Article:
Boogaard's family sues NHLPA for $9.8 mil
posted at 9/22/2012 10:31 AM EDT
This might sound like one of those bogus lawsuits, but it's not that. Under the CBA a player's salary still counts against the cap EVEN IF he dies. My interprtation then is that when the player dies it is then up to the union (the NHLPA) to file a grievance for the back salary left on his contract. The NHLPA failed to log the grievance in time to collect the back salary.
Way back in time I was a member of a union and showed up 10 minutes late for work during a terrible storm. I was sent home for the day for being late and docked a days pay. The rules were that you had to be more than 20 minutes late to be sent home for the day. Union filed a grievance and I got my day's pay back.
This is exactly the same thing, but the problem is that the union NHLPA dropped the ball.
Plus, ask any lawyer, cardinal sin of lawyers is to miss a due date and that's what happened here.
The NHLPA might be off the hook if they can claim that the family owed them some document or other and didn't cough it up in time, or something like that.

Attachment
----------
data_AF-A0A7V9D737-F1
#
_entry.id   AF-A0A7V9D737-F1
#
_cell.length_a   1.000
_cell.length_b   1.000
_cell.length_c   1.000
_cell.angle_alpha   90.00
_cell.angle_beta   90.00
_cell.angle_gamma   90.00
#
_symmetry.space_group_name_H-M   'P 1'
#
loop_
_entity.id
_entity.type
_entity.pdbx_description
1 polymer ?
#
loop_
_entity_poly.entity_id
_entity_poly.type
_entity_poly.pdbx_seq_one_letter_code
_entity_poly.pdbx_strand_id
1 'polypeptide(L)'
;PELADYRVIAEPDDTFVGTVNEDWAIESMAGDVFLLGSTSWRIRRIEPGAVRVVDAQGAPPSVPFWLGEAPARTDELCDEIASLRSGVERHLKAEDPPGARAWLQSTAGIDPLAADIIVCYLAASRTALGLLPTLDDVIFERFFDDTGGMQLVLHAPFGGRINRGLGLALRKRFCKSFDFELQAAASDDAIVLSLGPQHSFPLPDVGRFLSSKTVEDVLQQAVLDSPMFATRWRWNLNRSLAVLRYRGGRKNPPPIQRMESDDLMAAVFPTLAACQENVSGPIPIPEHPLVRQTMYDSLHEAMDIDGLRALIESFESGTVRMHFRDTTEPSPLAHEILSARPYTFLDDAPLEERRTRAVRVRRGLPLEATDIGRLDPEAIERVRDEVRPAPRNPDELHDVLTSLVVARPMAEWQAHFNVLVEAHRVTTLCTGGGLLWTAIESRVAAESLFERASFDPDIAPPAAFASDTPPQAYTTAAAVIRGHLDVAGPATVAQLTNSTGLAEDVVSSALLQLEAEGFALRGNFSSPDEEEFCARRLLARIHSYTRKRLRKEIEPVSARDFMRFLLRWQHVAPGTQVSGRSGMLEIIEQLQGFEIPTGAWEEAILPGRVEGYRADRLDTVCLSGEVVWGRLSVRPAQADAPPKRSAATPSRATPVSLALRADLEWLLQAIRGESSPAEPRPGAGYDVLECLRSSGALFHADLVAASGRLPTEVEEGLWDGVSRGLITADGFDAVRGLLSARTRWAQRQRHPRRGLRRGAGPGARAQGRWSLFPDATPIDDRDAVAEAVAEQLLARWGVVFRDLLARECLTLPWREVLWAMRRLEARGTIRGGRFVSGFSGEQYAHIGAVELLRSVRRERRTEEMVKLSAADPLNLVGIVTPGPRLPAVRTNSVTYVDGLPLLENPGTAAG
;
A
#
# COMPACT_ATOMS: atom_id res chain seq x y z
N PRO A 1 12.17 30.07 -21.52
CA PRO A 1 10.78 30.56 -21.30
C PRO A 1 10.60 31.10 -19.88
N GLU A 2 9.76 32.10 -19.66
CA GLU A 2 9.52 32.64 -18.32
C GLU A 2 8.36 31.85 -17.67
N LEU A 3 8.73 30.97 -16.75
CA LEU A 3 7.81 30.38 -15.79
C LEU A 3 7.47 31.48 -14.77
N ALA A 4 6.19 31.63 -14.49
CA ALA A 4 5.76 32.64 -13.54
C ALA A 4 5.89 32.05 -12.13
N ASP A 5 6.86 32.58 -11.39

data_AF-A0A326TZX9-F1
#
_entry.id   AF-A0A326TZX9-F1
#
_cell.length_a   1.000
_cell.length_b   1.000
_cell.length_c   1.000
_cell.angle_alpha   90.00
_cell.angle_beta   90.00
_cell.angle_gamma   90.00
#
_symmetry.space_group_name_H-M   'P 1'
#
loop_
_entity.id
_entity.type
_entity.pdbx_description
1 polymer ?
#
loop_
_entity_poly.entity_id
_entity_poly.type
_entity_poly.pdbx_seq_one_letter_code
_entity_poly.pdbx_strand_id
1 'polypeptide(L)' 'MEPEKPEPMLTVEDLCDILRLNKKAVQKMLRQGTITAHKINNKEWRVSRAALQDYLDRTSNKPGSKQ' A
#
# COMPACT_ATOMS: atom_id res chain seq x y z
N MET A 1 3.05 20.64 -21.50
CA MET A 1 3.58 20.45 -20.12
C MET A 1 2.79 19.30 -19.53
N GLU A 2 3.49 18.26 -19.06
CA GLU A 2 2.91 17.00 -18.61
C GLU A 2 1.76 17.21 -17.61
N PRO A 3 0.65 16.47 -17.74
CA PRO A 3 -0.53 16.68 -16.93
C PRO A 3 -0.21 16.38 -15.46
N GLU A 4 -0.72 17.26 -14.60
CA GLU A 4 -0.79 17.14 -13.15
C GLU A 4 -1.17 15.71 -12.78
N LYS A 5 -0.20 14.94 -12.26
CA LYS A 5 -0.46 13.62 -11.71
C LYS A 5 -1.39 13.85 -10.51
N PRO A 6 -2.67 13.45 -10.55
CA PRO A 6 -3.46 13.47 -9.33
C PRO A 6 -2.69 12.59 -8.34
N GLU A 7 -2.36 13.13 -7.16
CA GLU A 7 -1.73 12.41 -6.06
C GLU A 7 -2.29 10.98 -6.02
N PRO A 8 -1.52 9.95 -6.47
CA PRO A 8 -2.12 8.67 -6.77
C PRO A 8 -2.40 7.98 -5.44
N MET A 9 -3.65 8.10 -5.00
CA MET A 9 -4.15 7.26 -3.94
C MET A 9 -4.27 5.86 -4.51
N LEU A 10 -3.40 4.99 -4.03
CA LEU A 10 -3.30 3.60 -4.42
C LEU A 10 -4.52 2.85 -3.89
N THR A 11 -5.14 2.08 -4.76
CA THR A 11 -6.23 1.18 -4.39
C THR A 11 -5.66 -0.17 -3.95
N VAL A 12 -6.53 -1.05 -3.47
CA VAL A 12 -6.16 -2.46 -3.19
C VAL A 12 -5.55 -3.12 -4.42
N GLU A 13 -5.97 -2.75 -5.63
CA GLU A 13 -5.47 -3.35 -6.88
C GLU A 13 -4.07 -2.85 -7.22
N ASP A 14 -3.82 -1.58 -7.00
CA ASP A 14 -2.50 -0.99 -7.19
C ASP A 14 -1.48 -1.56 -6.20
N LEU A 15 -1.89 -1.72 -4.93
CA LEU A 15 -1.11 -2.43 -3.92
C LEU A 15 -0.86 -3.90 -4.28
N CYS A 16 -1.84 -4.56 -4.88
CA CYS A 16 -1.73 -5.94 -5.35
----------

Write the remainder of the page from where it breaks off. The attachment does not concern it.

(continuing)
I always wondered about the clause that said the players salary still counted against the cap even if he died. I think it was a cheeseball clause put in by the NHL in order to duck out of the balance due on the contract money. Sounds to me like the union just shrugged it off thinking that it would be unlikely that a player would die during the season.
It's a point these chuckleheads should think a little more about. It wouldn't be the first time in history if the team's plane crashed and just about the whole team died (as what happened in Russia a year or so back).
Can you imagine a team being under the cap by even 10 million, but having no players?